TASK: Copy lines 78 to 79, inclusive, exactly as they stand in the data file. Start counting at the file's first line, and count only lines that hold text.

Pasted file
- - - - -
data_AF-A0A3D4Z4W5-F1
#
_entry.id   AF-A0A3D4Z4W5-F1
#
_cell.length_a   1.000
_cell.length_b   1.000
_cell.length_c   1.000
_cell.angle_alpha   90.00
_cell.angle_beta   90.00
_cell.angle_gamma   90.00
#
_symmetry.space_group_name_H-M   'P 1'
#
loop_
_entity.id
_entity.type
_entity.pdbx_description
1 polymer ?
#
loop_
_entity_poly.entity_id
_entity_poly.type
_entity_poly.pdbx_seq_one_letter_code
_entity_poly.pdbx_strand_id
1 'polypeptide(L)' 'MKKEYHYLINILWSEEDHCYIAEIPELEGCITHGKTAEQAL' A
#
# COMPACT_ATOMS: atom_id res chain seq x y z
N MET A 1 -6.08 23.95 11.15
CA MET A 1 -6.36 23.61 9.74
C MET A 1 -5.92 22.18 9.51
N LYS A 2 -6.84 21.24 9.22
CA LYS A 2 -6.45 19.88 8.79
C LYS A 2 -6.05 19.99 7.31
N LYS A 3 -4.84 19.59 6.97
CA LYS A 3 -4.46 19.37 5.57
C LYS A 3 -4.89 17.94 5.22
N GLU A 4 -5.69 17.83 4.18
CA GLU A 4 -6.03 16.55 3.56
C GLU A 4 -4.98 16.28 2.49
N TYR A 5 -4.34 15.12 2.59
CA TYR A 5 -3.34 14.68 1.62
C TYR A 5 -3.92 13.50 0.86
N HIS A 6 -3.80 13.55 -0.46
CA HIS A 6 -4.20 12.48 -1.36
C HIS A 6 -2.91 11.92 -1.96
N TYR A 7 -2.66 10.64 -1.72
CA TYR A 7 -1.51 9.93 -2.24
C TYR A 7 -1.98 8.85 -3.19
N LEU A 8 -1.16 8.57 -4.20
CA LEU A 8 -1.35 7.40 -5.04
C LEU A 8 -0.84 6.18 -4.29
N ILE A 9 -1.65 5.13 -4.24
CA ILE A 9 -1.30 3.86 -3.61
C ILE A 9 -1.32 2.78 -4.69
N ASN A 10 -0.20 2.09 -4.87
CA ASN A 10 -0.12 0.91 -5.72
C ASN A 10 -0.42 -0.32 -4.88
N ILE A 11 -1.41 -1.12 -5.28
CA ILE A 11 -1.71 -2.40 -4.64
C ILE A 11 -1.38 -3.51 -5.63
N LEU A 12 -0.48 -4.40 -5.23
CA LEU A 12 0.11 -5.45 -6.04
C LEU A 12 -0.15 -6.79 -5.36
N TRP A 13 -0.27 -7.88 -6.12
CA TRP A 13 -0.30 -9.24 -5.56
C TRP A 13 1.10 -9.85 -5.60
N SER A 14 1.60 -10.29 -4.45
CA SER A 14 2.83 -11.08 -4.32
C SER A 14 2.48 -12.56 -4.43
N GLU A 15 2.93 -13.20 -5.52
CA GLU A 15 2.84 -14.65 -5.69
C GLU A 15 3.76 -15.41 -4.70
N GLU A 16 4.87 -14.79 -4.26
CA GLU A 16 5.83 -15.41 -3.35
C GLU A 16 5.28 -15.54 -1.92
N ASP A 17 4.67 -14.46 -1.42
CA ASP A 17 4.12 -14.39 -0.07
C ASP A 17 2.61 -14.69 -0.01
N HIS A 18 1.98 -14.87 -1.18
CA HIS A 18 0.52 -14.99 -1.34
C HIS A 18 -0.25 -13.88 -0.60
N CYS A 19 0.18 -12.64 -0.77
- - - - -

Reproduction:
C ASP A 17 2.61 -14.69 -0.01
N HIS A 18 1.98 -14.87 -1.18